Dragonslayer

Dragonslayer

Author of one of BuzzFeed 's Greatest Fantasy Books of 2013 In his magnificent, heroic, adventure fantasy, Dragonslayer, Duncan M. Hamilton debuts the first book in a fast-moving trilogy: a dangerous tale of lost magics, unlikely heroes, and reawakened dragons.Once a member of the King's personal guard, Guillot dal Villevauvais spends most days drinking and mourning his...

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Title:Dragonslayer
Author:Duncan M. Hamilton
Rating:
Edition Language:English

Dragonslayer Reviews

  • Bob

    A solid epic fantasy that puts an exciting new spin on the classic "let's go slay the dragon" trope, Dragonslayer won me over with the first glimpse of Alpheratz. Duncan M. Hamilton humanizes dragons, gives them memories and purpose and emotion, and flips our sympathies from cheering on the deaths of monsters to mourning the loss of these magnificent beasts.

    In fact, I'd liked Alpheratz far more than most of the humans, but there were two exceptions. Solène is a character I liked from the first

    A solid epic fantasy that puts an exciting new spin on the classic "let's go slay the dragon" trope, Dragonslayer won me over with the first glimpse of Alpheratz. Duncan M. Hamilton humanizes dragons, gives them memories and purpose and emotion, and flips our sympathies from cheering on the deaths of monsters to mourning the loss of these magnificent beasts.

    In fact, I'd liked Alpheratz far more than most of the humans, but there were two exceptions. Solène is a character I liked from the first moment we met her. She was strong, confident, and charismatic, her magic making her more than a match for a back-alley assault. The whole "she's a witch, burn her!" trope was handled nicely here, with Gil calling out the villagers, shaming them for their deeds, and raising a few philosophical questions in his rescue of the young woman. You might expect that scene to scar her, possibly even define her, but Solène shrugs it off to not only return the favor in saving Gil's life, but in demanding her place in his quest.

    Now, as for Gil, he's a man I was prepared not to like. Mysteriously tragic backstory aside, we first meet him as a lazy drunk, too wrapped up in his own problems to do his job and care for his people. He's standoffish, rude, self-pitying, and has trouble sticking to his own vows to better himself. The problem is, he's entirely human, and as we begin to see glimpses of the man he once was and the man he could become, he grows on you. It's just a shame that his rival, Prince Bishop, doesn't experience the same growth, because his weakness as a character not only leaches a little tension from that enmity, it actually feels like it takes away from Gil's backstory.

    The writing here was solid, with some nice turns of phrase, snappy dialogue, and well-managed points-of-view. In terms of pacing, beyond a necessary pause for introductions and character-building early on, it moves along nicely. World-building felt a little light, but that might owe something to the fact that I'm not familiar with his Wolf of the North saga, which is set in the same world. Then again, it may be because the wider world simply isn't important here, and this first chapter in a new saga is about one thing - man vs dragon. Perhaps the biggest issue I had with the book is that there are so many unanswered questions as to why things happen, and why characters do things. It's not just that motivations were unclear, but that logical implications of men and magic were simply set aside.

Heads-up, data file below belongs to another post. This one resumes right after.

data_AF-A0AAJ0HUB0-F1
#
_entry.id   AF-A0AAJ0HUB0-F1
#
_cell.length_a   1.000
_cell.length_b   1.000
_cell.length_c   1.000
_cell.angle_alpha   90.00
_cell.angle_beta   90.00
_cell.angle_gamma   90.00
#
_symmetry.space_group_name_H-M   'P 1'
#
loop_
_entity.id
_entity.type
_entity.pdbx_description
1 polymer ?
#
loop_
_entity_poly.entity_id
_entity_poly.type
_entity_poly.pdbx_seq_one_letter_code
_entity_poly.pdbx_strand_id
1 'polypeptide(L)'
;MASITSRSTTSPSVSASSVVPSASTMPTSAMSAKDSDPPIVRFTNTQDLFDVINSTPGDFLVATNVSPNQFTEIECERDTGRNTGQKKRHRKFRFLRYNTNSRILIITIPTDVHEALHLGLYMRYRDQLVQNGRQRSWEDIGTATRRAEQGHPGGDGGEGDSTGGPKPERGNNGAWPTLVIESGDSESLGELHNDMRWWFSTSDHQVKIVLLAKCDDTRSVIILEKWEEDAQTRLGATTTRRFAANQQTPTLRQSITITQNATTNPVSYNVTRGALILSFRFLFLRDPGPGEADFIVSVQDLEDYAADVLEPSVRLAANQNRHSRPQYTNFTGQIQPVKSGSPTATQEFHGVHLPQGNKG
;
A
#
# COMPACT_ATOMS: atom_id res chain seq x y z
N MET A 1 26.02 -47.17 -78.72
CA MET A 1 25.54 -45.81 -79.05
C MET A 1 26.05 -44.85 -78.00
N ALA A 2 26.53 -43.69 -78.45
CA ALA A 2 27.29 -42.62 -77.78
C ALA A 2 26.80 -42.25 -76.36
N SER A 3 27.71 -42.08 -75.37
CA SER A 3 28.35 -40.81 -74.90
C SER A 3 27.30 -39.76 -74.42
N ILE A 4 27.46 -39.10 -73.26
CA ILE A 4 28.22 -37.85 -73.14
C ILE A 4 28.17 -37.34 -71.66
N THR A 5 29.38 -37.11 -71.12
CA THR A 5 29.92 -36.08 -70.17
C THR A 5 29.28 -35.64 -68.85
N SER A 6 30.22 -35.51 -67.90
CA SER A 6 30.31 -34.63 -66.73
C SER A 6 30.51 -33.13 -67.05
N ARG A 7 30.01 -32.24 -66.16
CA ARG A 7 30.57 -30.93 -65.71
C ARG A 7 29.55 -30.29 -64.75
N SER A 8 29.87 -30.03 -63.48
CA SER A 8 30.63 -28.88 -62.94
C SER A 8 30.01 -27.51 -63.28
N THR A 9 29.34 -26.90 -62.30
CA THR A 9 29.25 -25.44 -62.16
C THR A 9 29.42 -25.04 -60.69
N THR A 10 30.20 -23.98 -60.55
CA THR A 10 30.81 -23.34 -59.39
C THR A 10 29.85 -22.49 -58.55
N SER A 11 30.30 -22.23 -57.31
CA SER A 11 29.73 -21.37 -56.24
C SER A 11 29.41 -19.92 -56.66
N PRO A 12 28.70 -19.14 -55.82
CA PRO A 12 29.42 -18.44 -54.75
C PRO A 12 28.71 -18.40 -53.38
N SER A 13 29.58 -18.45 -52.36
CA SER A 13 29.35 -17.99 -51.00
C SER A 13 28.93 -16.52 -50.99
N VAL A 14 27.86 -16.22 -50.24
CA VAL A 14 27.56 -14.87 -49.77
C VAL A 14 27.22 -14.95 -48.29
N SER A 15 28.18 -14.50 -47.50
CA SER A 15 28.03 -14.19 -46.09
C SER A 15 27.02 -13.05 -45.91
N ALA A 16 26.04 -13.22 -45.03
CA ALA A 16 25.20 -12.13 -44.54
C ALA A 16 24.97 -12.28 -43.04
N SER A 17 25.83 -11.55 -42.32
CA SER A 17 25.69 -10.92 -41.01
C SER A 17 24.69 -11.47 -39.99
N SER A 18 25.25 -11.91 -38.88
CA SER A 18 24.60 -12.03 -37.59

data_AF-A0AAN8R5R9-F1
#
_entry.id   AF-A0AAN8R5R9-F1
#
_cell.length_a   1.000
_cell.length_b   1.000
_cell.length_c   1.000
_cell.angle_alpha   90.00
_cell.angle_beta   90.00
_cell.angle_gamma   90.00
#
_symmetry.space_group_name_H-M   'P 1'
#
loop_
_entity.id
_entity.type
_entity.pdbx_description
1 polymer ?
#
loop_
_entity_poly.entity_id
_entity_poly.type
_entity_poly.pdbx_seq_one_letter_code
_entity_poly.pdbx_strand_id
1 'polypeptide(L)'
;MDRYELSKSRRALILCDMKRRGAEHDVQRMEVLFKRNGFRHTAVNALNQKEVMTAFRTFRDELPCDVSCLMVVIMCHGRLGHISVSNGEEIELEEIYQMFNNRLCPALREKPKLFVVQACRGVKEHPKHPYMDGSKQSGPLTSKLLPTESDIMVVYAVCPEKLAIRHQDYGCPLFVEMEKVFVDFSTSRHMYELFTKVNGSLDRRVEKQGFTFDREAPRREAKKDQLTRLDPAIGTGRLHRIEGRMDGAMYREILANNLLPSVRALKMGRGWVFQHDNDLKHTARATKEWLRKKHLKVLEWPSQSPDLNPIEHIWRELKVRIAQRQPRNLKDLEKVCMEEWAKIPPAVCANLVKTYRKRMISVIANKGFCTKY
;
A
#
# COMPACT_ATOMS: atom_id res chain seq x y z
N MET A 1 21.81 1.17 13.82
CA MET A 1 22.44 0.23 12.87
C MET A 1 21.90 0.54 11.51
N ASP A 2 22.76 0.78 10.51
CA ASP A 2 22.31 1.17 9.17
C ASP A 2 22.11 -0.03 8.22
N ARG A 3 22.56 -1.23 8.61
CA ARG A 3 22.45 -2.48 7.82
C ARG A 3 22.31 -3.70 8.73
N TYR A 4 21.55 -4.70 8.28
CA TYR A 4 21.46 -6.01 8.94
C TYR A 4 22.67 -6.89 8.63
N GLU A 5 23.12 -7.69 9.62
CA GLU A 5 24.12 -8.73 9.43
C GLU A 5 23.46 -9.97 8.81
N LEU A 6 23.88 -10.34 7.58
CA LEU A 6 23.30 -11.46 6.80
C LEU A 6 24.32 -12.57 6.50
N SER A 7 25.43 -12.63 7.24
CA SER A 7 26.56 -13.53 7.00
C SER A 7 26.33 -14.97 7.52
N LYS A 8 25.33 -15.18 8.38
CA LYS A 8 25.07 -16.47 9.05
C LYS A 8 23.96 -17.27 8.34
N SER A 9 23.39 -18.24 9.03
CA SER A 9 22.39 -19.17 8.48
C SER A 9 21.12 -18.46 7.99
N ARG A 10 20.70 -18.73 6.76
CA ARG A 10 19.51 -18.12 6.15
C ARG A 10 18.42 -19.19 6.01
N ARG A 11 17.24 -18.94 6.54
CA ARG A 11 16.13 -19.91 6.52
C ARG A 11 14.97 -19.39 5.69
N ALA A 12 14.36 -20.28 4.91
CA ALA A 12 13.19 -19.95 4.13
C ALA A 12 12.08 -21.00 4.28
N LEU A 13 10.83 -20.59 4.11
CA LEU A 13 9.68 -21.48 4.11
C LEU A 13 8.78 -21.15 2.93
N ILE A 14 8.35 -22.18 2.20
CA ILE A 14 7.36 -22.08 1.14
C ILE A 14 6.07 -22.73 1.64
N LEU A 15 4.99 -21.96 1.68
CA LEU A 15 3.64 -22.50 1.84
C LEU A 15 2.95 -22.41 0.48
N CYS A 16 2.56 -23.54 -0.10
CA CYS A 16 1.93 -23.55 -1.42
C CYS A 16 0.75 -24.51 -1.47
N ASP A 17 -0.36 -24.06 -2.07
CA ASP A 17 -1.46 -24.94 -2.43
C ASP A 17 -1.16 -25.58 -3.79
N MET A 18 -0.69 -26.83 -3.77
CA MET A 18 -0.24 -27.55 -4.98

In the end, however, the positives of Dragonslayer far outweigh the negatives, and I am curious to see where the story goes next - even if it will be without a favorite character.

  • kartik narayanan

    Read the full review at my site

    Dragonslayer is the first book in a trilogy by the same name from one of my favourite authors – Duncan M. Hamilton.

    Gill, our protagonist, is a famous soldier who is now an alcoholic mourning his family. He is tasked by an old enemy of his – Amaury, to find and kill a dragon – one which has appeared centuries after the species was thought to have been hunted to

    Read the full review at my site

    Dragonslayer is the first book in a trilogy by the same name from one of my favourite authors – Duncan M. Hamilton.

    Gill, our protagonist, is a famous soldier who is now an alcoholic mourning his family. He is tasked by an old enemy of his – Amaury, to find and kill a dragon – one which has appeared centuries after the species was thought to have been hunted to extinction. Along the way, he discovers Solene, a young woman who happens to be a powerful natural mage. There is plenty of machinations, politics and action as the story unfolds.

    The main aspect of Dragonslayer that really stood out is the amount of depth in each and every character that you meet. Needless to say, Gill & Solene – who are the protagonists – have plenty of depth. But, what elevates this book is the amount of character (her) the support cast has. Even the dragon has complicated motivations for what he does. The motivations as well as the actions taken by the characters are realistic. You never feel that characters are acting out of order – instead you can understand their actions so even if you don’t agree with what they do or say. Pragmatism is the word of the day in this story.

    Read the full review at my site

  • Annemieke / A Dance with Books

    I am at a loss as to how to rate this book. On the one hand I enjoyed it. On the other hand there were things missing. The missing thing? Worldbuilding.

    And let us just start right off with that. This book is a high fantasy, inspired by our own Medieval history. There is a map at the front of the book.

    I am at a loss as to how to rate this book. On the one hand I enjoyed it. On the other hand there were things missing. The missing thing? Worldbuilding.

    And let us just start right off with that. This book is a high fantasy, inspired by our own Medieval history. There is a map at the front of the book. Which is good because I would otherwise have no idea. There are three surrounding countries/regions of which two were mentioned in the book. But nothing that really gave me much on where they were and what the relations really were. But even worse I have no idea about this country. Most of it took place in a few towns and cities but I could not tell you anything of interest about any of them (well except the witch hanging perhaps). The biggest problem is that all the world building and even character histories (though I’ll get back to that) are only there when it serves a purpose to the plot. And even then it is thin. And from an adult fantasy I have quite a bit more expectations than that.